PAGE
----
The product of $k$ and its reciprocal is equal to $k$ Â· $\dfrac{1}{k} = 1$. | The product of $f(x)$ and its reciprocal is equal to $f(x)$ Â· $\dfrac{1}{f(x)} = 1$. |

Given $\dfrac{1}{k}$, its value is undefined when $k = 0$. | Given $\dfrac{1}{f(x)}$, its value is undefined when $f(x) = 0$. |

- This means that if we want to find the reciprocal of $y = 2x â€“ 1$, its reciprocal can be expressed as $y = \dfrac{1}{2x â€“ 1}$.
- We can also confirm the product of $2x â€“ 1$ and its reciprocal:

- This also means that $2x â€“ 1$ must never be zero, so $x$ must never be $\frac{1}{2}$.

## How to graph reciprocal functions?

There are different ways for us to graph reciprocal functions. In this article, weâ€™ll focus on two methods:- Graphing reciprocal functions by finding the functionâ€™s table of values first.
- Graphing reciprocal functions using different transformation techniques.

### How to graph functions using their tables of values

Letâ€™s go ahead and start with graphing the parent function, $y = \frac{1}{x}$ by first finding its table of values.- Find the value of the function at different values of $x$.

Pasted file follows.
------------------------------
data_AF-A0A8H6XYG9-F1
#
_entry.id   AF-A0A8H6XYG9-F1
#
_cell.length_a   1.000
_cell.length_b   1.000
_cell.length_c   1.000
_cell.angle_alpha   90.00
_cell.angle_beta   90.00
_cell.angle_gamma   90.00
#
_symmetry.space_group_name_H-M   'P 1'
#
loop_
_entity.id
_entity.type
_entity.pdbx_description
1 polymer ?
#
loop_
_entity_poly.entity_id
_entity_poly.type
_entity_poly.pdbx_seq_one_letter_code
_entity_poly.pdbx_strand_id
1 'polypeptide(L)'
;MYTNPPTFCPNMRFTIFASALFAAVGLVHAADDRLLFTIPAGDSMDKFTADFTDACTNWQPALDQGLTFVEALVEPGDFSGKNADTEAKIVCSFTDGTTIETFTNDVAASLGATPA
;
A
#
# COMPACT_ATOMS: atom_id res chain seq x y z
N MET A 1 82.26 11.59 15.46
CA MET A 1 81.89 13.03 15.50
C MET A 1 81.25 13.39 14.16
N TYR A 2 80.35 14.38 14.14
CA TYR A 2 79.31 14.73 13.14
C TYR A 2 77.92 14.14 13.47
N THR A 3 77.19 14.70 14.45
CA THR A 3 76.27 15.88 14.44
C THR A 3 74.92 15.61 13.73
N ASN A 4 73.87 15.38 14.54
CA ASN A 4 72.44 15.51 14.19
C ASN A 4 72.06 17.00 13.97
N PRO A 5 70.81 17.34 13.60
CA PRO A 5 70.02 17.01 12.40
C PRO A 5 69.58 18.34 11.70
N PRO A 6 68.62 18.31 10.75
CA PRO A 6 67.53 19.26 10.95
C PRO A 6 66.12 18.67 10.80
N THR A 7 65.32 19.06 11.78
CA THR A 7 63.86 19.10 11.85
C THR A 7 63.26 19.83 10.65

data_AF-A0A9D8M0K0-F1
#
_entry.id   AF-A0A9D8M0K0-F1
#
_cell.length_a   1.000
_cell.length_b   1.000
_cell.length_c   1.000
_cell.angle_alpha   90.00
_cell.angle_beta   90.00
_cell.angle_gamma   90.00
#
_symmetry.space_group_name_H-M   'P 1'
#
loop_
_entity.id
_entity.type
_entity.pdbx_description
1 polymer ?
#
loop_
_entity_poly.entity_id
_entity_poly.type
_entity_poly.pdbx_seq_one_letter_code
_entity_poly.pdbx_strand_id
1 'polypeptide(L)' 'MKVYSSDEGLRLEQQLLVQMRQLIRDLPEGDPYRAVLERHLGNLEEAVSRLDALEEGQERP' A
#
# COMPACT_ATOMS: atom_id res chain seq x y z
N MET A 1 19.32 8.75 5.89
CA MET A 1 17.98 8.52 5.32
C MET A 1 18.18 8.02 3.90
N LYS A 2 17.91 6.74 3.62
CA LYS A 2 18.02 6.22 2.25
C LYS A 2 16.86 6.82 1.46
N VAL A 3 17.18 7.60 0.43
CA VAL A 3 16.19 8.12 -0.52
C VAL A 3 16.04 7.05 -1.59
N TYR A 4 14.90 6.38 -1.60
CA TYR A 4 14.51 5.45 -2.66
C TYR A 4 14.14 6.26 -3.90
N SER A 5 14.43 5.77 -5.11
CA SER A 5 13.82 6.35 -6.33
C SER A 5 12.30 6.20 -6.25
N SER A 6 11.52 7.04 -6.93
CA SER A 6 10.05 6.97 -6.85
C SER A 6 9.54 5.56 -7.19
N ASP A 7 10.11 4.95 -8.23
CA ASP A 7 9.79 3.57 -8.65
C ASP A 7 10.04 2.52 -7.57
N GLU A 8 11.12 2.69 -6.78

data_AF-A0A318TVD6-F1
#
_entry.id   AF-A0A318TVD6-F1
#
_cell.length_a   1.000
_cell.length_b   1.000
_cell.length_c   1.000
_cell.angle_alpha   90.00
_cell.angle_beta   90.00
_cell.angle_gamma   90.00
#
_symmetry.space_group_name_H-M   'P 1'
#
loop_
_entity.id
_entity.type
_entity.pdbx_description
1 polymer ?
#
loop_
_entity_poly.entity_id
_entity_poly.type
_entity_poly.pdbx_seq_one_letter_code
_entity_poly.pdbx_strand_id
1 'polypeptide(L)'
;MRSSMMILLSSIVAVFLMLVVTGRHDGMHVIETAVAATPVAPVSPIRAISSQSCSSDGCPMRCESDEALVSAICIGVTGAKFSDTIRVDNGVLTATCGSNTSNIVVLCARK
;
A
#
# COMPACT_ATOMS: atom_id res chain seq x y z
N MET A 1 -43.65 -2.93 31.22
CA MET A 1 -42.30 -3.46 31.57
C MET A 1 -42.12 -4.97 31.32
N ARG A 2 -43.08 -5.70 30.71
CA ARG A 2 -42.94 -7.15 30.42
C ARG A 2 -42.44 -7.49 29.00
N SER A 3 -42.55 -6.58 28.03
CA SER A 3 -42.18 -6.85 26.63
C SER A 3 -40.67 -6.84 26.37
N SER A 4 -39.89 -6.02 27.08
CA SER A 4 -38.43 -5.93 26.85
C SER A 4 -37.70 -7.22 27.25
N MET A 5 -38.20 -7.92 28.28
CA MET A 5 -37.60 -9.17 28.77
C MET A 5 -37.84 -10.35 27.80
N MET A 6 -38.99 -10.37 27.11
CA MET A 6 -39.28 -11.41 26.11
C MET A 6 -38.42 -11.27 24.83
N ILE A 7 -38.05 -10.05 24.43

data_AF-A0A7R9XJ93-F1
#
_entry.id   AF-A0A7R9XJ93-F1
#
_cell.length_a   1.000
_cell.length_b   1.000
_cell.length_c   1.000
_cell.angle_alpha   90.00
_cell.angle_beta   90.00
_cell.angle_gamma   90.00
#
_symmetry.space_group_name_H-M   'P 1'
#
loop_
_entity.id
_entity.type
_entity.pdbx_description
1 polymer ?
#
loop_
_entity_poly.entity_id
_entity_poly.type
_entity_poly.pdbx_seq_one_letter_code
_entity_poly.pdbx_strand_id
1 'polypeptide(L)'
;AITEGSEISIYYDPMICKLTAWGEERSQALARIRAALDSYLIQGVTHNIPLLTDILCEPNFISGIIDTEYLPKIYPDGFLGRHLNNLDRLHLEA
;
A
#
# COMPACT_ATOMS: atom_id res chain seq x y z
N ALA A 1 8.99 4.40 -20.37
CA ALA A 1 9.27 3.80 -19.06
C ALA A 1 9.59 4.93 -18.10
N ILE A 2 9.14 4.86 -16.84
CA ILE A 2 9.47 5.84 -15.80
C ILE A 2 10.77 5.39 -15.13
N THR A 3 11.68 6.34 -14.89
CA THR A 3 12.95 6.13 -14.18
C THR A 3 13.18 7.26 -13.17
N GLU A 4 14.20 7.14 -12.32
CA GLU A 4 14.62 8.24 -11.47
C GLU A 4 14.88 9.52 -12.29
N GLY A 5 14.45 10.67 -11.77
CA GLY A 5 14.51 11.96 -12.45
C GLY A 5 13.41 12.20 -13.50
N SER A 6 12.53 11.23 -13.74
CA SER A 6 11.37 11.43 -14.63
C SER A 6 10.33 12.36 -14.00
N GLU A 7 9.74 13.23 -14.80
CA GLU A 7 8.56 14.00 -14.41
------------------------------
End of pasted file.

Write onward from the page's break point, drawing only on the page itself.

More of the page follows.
- Plot these points on the $xy$-coordinate system.
- Graph the curves using these points.

$\mathbf{x}$ | Â $-3$ | $-2$ | $-1$ | $-\frac{1}{2}$ | $-\frac{1}{3}$ | $\frac{1}{3}$ | $\frac{1}{2}$ | $1$ | $2$ | $3$ |

$\mathbf{y}$ | $-\frac{1}{3}$ | $-\frac{1}{2}$ | $-1$ | $-2$ | $-3$ | $3$ | $2$ | $1$ | $\frac{1}{2}$ | $\frac{1}{3}$ |

Domain |
$(-\infty, 0) \cup (0, \infty)$ |

Range |
$(-\infty, 0) \cup (0, \infty)$ |

### How to graph reciprocal functions by transformation

Here are some common graph transformations that weâ€™ve already learned in the past:- Vertically and horizontally translating functions.